Certainly one of the stickiest issues in book collecting. I was pleased to see that someone wrote in with this same question to the March 2013 issue of Firsts, so Robin H. Smiley was able to tackle it at length.
I won't repeat all of Mr. Smiley's work here (the letters page my favourite part of Firsts, so I'd feel guilty), but he refers back to 2002 article by Ken Lopez which states that "in general, the more writing by the author in a book, the better".
Mr. Smiley concedes that not all collectors would agree, and many prefer signatures alone over inscriptions to total strangers. However, he says that, over time, "inscribed copies to tend to bring higher prices" (reassuring, as I recite this little fun-fact quite often). Mr. Smiley gives two reasons for this: inscriptions are harder to forge and inscriptions bring additional 'charm'.
I would add my own note of caution to this - I think contemporary authors are now more available to readers than they have been at any point in the past. For earlier generations of commercial fiction, inscribed copies seem to be the only available signed copies - the alternative often being 'flat-signed' short runs or limited editions. More recently, with authors more accessible and signings more frequent, it would seem that copies signed - in some form or another - are less rare. So why settle for a signature for someone else when it could be simply signed? More on this below...
Mr. Smiley goes on to extrapolate an entire hierarchy:
1) Association copy (by this, we mean "inscribed to someone with a personal connection to the author")
2) Inscribed to a stranger
3) Signed & dated
5) Signed on special, tipped-in sheet
6) Signed bookplate (he adds that, if the bookplate itself is valuable for some reason, this could be higher up)
I like how this is all consistent to a single definition of value (in this case, "author involvement"/proximity), but, thinking about my own collecting and shopping decisions, my personal order would definitely be: 1 / 4 / 3/ 2/ 5 / 6.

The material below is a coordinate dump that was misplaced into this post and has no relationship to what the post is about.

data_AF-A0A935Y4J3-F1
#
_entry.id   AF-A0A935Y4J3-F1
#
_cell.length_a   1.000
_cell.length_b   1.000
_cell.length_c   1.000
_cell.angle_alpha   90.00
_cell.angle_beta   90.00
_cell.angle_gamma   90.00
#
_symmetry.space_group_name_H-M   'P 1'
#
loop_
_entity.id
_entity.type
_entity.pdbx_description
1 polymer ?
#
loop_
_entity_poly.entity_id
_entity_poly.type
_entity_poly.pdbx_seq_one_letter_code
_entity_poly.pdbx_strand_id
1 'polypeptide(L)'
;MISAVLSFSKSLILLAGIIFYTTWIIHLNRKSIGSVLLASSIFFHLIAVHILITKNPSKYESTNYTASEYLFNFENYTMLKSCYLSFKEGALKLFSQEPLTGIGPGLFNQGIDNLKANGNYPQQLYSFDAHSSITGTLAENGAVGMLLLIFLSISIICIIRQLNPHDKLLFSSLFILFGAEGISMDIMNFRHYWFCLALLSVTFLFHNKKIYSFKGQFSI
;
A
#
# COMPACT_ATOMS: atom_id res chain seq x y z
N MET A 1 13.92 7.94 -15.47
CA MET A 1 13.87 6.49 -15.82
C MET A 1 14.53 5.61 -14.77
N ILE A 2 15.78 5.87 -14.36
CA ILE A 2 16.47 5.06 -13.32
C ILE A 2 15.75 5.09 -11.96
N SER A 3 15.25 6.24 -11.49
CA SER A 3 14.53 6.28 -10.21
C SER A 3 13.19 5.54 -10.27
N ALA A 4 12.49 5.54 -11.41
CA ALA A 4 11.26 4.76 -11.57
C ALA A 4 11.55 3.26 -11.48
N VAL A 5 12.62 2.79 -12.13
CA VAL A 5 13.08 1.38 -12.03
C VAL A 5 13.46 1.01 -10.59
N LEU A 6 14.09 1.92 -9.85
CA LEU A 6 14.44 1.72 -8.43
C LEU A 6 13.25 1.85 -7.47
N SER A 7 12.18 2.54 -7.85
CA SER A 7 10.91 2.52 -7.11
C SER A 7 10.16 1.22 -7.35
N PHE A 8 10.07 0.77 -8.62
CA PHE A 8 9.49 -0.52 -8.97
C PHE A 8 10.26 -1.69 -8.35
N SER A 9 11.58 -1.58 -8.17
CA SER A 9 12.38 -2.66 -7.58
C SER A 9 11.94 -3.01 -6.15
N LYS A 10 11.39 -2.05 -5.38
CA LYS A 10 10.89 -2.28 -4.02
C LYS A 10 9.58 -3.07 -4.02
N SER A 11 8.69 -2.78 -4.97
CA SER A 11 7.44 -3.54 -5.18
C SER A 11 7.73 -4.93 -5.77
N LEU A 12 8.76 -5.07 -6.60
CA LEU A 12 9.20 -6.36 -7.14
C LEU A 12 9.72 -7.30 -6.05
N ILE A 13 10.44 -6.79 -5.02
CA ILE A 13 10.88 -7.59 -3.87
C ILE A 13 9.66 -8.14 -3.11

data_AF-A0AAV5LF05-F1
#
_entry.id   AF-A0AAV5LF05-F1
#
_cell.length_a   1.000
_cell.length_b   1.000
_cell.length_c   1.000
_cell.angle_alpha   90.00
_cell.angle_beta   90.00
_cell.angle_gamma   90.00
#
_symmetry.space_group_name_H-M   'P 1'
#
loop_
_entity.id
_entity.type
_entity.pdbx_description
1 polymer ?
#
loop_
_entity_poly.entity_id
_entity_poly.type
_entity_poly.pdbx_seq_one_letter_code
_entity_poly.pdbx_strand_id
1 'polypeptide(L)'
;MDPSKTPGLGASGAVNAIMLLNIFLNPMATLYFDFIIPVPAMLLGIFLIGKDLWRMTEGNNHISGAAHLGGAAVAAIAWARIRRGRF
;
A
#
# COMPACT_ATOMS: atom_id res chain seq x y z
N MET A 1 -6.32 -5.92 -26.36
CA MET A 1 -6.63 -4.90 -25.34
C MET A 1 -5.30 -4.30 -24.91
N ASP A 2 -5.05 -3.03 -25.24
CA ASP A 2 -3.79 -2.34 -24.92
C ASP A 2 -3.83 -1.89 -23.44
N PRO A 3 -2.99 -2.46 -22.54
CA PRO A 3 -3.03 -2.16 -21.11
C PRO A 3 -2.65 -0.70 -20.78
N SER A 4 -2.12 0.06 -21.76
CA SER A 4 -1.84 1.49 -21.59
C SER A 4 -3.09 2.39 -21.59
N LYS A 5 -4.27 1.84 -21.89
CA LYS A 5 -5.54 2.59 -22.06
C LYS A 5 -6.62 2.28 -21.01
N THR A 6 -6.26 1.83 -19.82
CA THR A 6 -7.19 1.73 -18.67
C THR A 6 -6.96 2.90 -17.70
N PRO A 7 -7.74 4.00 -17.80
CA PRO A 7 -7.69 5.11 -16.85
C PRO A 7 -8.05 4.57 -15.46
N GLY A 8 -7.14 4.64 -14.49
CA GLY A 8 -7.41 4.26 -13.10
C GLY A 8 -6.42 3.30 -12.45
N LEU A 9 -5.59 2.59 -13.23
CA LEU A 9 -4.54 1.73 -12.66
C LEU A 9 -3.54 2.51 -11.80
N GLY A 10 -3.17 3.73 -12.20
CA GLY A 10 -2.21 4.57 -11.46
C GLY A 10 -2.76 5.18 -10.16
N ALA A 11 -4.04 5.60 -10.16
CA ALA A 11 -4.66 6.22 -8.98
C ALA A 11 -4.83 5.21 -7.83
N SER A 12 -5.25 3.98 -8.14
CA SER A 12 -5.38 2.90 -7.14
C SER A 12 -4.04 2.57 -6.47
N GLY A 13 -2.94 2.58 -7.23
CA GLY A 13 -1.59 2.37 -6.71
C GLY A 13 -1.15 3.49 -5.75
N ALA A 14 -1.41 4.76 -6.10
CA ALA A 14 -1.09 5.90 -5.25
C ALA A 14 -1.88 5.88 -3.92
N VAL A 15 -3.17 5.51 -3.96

Unless the date is meaningful (e.g. Halloween, the Ides of March, the book's launch date or before launch date), it actually limits its value to me. I'd rather the plain ol' signing, as it makes the book more... universally appealing.
Similarly, a book inscribed to a stranger has virtually no appeal to me - at least, very little more than an unsigned book. If anything, I've always found them kind of tragic. "To Eloise, who never read this book." "To Chester, who died, and no one else in his family reads." "To Mark, who waited the appropriate amount of time before ditching this at the nearest Oxfam." Etc. At best, a book inscribed to a stranger is a reminder that the book is not mine. An association copy, of course, has a wonderful historical glamour to it. An inscribed one? Not so much.
Clearly I am not feeling the charm of the inscribed copy. But, again, I think it is because my collections are biased towards contemporary literature. But even then... I can think of several recent shopping decisions involving deceased authors where I've passed over inscribed copies in favour of unsigned ones.
And, of course, Mr. Smiley is only talking about a sort of objective worth. If you're considering a book's value to you personally, you have to add a 7th option: inscribed to you.
That's really tricky - imagine the scenario:
You have two copies of Joe Abercrombie's The Blade Itself to choose from. One is inscribed to you. The other is inscribed to his editor, Gillian Redfearn, with a 'thank you', a few in-jokes and dated before publication. Does it mean I have cripplingly low self-esteem if I'd rather the latter? And I'm just... well, not sure I would, but, damn, I'd be tempted.
Obviously design your own nightmare scenario as you see fit, but you can see the issue. For me, it collides two (extremely similar) types of value: personal history ('autobiographical', to quote High Fidelity) and objective history. I will appreciate the book inscribed to me, as it is as mine as is possible. But everyone can appreciate the other, and it is an important artefact in its own right.
(Of course, even those are variable depending on the author. I'm a lot closer to, say, Den Patrick than Joe Abercrombie. In that situation, there's no question that I'd keep the book signed to me over anyone else. But that's because the maximum biographical value is greater than the maximum historical value. Lord, this is tricky.)
What about you? If you had to put the 7 levels in some sort of order for yourself, what would it look it?